Eliza Newlin Carney at National Journal today echoes our analysis at Facing South that Florida and Virginia are two of the most important battleground states in 2008 -- and two states where "a worrisome combination of legal, administrative and partisan controversies spells trouble."

In Florida, Carney sees long lines and the controversial "no match" law causing problems:
More than 12,000 voters have been relegated to provisional status due to a controversial "no match, no vote" law that bars new voters from registering if their driver's license or Social Security numbers don't perfectly match government records. But election officials in about half the state's counties have said they will allow flagged voters with proper ID to cast ballots anyway. This irregular enforcement, while applauded by voting rights advocates, could itself become the basis for a legal challenge.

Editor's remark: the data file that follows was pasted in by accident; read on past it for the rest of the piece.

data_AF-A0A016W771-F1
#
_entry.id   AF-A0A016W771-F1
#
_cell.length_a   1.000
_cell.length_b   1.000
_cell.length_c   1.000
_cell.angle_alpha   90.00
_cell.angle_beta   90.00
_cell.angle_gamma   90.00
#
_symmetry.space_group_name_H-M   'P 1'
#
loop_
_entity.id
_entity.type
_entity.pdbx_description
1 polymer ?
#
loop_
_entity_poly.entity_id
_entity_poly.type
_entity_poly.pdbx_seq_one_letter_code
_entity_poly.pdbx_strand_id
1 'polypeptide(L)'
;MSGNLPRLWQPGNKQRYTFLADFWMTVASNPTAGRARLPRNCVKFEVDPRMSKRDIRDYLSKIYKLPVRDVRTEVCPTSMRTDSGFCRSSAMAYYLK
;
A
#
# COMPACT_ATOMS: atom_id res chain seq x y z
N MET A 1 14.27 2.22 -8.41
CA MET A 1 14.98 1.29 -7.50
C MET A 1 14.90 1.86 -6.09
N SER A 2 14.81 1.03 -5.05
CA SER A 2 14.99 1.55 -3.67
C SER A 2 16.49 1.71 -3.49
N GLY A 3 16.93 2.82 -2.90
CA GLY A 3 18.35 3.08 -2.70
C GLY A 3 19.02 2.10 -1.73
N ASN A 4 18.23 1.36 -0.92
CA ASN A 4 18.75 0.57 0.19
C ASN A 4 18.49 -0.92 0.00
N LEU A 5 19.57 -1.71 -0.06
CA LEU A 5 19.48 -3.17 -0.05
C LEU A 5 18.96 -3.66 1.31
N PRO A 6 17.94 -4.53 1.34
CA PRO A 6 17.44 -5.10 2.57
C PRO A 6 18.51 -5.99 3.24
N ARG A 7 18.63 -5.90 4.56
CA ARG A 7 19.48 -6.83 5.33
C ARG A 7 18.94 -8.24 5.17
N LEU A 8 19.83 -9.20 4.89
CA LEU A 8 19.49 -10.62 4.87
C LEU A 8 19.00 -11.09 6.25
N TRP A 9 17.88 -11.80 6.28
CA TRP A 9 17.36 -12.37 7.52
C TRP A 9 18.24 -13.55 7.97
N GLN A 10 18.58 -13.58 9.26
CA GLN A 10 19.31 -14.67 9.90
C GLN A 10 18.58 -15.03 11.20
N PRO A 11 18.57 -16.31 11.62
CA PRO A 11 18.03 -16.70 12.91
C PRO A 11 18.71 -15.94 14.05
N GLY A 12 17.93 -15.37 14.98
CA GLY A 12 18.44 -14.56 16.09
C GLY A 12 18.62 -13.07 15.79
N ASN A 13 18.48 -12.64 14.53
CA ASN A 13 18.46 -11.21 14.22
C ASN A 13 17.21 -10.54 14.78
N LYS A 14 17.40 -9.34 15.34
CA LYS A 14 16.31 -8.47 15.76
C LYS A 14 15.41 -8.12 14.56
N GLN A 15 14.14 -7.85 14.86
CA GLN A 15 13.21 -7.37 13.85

Under-resourced voting centers and deceptive campaign tactics are issues in Virginia:
The state NAACP and other civil rights groups recently sued Gov. Tim Kaine, a Democrat, claiming inadequate preparation for the more than 300,000 voters who have joined the state's rolls since January. Virginia polling places were overwhelmed in 2004, and state law requires only one machine for every 750 voters. "That's just not enough machines for too many voters," said Tova Wang, an elections specialist for public interest group Common Cause.

Deceptive fliers have cropped up, and problems could arise for student voters, who earlier this year were improperly blocked from registering at their dormitory addresses. "It's never been a battleground state before," noted Wang. "There are not the resources in the state, and there are not the protocols in place to handle it."